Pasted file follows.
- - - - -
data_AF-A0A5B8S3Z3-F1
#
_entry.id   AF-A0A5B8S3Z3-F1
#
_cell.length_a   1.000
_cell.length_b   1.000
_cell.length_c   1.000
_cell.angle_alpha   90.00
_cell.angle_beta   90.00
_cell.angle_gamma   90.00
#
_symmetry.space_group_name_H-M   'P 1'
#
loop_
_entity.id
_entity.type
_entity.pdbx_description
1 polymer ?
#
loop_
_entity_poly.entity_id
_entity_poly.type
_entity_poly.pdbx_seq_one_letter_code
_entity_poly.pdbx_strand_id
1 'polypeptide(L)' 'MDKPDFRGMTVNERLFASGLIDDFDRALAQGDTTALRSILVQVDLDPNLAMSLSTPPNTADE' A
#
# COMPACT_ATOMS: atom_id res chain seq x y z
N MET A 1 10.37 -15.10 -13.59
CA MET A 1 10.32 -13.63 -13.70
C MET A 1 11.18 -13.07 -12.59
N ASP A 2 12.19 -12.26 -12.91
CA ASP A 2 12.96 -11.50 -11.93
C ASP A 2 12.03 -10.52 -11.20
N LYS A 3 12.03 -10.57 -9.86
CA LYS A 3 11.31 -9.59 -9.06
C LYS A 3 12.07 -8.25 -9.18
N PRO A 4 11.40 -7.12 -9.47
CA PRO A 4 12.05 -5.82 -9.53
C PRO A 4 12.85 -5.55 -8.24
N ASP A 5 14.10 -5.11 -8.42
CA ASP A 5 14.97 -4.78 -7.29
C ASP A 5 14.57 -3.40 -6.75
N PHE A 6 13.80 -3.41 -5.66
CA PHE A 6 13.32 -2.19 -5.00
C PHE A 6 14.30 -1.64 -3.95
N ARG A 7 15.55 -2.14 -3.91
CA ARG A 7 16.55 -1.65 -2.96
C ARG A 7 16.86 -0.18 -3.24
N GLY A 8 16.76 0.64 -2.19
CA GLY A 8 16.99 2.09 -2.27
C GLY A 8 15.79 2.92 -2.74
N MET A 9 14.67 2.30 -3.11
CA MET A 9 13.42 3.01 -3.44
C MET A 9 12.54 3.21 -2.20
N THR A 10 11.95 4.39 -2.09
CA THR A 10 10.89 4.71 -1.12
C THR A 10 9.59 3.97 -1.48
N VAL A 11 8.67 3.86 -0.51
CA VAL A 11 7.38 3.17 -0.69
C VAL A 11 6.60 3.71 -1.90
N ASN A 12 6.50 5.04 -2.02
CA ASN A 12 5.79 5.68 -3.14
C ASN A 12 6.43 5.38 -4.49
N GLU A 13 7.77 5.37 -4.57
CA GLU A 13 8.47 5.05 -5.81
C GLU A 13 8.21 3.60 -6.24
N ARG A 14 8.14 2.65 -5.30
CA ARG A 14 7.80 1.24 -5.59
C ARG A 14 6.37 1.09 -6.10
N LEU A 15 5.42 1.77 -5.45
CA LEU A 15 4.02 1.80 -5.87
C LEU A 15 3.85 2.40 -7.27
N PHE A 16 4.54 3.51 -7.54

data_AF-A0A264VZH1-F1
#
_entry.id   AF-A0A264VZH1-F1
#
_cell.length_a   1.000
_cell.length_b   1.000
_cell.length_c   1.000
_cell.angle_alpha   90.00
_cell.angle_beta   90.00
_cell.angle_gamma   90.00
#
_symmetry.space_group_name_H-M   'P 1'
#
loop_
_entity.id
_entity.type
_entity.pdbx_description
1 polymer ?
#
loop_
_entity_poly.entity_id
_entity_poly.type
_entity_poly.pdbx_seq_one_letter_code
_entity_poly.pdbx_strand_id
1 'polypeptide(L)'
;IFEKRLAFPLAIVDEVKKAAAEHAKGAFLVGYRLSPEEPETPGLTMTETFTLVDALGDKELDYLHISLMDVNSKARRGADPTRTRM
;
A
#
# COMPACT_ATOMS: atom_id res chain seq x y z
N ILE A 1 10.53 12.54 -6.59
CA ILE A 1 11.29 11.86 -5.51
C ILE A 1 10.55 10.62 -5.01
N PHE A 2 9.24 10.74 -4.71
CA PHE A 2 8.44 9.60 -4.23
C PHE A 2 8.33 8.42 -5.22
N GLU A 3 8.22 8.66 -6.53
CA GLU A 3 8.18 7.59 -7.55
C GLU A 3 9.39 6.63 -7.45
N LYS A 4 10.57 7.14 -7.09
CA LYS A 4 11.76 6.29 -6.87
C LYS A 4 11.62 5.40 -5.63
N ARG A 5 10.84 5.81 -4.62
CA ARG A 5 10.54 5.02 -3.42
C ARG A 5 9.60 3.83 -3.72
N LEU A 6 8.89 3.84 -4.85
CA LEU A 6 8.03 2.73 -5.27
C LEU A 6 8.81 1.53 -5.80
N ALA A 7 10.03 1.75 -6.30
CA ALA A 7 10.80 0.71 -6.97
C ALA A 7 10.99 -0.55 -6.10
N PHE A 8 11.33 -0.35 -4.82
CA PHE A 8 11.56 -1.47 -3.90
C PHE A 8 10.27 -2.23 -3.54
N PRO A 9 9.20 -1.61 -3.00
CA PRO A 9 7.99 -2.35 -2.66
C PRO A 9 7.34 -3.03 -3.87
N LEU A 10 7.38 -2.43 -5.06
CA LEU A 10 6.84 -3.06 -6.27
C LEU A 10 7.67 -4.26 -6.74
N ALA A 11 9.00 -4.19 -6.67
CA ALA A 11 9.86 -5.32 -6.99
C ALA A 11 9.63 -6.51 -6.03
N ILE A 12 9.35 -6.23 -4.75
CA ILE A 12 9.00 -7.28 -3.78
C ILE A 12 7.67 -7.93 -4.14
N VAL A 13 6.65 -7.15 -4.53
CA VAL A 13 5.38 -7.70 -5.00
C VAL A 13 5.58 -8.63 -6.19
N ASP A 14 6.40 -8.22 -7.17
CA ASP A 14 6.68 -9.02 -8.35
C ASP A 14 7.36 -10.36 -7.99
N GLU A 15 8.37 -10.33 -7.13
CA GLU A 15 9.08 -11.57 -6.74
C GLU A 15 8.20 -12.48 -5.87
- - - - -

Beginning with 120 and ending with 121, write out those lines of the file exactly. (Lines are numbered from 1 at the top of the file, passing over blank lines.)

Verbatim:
CA LEU A 6 8.03 2.73 -5.27
C LEU A 6 8.81 1.53 -5.80